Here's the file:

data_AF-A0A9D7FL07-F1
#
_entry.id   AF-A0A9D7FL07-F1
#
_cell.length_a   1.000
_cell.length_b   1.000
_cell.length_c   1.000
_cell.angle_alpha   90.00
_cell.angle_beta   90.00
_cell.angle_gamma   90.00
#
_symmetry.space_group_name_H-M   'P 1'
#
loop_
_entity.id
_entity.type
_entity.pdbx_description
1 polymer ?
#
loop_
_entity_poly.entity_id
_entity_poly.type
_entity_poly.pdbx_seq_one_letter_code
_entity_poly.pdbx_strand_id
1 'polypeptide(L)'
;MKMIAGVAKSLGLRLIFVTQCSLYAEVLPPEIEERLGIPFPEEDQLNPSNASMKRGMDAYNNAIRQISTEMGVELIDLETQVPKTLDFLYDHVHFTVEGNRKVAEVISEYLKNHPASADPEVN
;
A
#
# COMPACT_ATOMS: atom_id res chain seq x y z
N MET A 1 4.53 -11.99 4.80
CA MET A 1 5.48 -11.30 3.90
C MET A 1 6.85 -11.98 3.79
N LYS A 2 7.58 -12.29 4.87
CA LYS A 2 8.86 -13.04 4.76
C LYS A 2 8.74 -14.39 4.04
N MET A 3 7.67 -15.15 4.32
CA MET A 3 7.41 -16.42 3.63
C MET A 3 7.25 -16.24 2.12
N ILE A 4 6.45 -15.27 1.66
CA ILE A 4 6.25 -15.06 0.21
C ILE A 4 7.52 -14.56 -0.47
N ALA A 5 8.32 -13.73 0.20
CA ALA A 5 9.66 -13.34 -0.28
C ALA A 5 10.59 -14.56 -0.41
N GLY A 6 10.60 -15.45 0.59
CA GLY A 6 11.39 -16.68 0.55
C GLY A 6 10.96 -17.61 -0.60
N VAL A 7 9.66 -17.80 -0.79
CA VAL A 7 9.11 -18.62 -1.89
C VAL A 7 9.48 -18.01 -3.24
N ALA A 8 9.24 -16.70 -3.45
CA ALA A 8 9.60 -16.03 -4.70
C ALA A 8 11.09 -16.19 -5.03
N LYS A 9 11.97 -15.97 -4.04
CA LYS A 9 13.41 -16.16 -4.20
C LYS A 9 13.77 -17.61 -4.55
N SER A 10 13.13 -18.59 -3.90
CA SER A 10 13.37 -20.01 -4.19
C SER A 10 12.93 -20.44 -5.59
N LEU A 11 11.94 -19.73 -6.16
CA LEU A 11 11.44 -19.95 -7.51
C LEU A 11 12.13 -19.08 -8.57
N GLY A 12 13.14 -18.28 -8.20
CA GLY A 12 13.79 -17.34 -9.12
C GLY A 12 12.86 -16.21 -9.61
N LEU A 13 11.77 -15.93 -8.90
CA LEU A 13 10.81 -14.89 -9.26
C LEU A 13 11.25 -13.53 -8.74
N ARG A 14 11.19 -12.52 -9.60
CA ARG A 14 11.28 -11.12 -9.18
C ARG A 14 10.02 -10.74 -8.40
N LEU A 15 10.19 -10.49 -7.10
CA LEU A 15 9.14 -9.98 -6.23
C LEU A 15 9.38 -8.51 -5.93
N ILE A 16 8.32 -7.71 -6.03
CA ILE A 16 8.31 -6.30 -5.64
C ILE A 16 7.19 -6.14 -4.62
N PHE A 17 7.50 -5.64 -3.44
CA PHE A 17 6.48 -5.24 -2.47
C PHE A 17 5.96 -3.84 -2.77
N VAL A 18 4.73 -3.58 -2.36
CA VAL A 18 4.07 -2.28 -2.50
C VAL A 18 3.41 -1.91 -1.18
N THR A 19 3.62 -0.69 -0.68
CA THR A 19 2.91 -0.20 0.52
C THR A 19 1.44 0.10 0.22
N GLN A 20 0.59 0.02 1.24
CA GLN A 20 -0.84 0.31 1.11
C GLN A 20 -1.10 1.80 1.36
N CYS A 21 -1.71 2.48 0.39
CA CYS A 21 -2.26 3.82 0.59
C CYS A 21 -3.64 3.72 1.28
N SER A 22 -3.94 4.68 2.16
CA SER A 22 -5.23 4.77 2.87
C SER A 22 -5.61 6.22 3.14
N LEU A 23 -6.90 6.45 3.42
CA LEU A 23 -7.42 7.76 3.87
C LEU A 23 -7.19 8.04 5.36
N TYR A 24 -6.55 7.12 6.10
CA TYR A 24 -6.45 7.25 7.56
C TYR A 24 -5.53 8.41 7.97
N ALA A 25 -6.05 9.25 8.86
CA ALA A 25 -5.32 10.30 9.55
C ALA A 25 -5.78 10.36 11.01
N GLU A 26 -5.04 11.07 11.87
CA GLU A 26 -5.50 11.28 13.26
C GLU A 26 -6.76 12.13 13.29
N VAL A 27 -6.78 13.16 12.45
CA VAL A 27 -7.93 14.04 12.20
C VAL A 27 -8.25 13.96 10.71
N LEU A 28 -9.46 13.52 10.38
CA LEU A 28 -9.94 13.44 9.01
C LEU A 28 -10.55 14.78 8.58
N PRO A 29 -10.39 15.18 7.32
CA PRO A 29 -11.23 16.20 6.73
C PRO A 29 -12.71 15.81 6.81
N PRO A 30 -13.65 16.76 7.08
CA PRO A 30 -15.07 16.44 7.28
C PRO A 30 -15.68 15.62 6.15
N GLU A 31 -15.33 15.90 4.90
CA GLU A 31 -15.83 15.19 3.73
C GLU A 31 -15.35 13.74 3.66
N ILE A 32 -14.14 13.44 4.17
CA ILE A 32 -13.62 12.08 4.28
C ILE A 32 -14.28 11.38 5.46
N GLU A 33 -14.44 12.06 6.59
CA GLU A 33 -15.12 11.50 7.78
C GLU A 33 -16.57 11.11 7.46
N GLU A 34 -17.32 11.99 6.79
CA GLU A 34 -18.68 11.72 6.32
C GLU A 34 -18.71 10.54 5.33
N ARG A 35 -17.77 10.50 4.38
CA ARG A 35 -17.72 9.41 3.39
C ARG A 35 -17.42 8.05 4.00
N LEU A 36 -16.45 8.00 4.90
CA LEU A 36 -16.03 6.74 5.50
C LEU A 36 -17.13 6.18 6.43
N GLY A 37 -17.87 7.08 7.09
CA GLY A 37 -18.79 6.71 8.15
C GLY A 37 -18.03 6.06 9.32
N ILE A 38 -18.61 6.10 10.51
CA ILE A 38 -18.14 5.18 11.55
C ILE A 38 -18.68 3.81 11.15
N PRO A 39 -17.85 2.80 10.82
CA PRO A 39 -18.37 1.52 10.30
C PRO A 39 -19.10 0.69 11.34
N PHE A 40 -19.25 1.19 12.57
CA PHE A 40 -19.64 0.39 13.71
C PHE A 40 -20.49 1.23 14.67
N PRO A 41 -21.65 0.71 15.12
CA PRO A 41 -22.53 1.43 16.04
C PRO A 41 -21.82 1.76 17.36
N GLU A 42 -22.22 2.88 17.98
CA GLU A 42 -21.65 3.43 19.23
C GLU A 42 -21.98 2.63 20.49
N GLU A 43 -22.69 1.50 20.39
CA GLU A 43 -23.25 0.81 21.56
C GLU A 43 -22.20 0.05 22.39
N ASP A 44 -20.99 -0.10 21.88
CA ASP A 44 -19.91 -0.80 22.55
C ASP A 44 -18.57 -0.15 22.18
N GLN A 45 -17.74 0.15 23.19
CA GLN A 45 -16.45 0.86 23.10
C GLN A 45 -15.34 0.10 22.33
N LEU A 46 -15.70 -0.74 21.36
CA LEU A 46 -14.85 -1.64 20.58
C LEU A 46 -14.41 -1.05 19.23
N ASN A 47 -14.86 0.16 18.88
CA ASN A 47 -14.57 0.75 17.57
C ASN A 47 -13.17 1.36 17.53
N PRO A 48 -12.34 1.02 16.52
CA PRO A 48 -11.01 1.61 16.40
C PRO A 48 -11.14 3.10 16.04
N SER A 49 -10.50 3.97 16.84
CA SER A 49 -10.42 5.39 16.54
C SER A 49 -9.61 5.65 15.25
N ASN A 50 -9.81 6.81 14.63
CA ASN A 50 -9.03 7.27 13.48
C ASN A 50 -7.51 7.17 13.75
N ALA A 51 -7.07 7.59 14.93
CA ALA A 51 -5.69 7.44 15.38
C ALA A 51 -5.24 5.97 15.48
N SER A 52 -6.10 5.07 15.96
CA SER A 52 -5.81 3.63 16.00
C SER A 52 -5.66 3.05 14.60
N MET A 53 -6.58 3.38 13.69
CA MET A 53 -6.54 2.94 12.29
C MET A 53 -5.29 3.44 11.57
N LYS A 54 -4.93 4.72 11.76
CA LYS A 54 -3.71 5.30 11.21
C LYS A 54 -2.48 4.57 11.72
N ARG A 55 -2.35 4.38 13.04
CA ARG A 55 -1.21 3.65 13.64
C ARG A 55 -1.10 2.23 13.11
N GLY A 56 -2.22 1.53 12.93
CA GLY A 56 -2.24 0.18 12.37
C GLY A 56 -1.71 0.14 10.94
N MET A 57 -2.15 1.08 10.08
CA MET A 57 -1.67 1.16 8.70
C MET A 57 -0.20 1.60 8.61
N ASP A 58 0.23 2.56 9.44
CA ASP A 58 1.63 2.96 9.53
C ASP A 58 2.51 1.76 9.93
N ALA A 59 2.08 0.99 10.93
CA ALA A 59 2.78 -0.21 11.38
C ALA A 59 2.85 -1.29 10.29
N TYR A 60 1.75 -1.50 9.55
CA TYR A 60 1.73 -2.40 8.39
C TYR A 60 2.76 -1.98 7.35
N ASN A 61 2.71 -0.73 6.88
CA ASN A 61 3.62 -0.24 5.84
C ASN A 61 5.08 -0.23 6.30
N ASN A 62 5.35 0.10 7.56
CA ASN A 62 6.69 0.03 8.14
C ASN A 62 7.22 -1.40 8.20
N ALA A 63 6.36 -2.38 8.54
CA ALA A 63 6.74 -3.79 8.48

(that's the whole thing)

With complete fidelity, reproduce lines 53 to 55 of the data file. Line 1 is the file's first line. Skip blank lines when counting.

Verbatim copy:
CA ALA A 8 9.60 -16.03 -4.70
C ALA A 8 11.09 -16.19 -5.03
N LYS A 9 11.97 -15.97 -4.04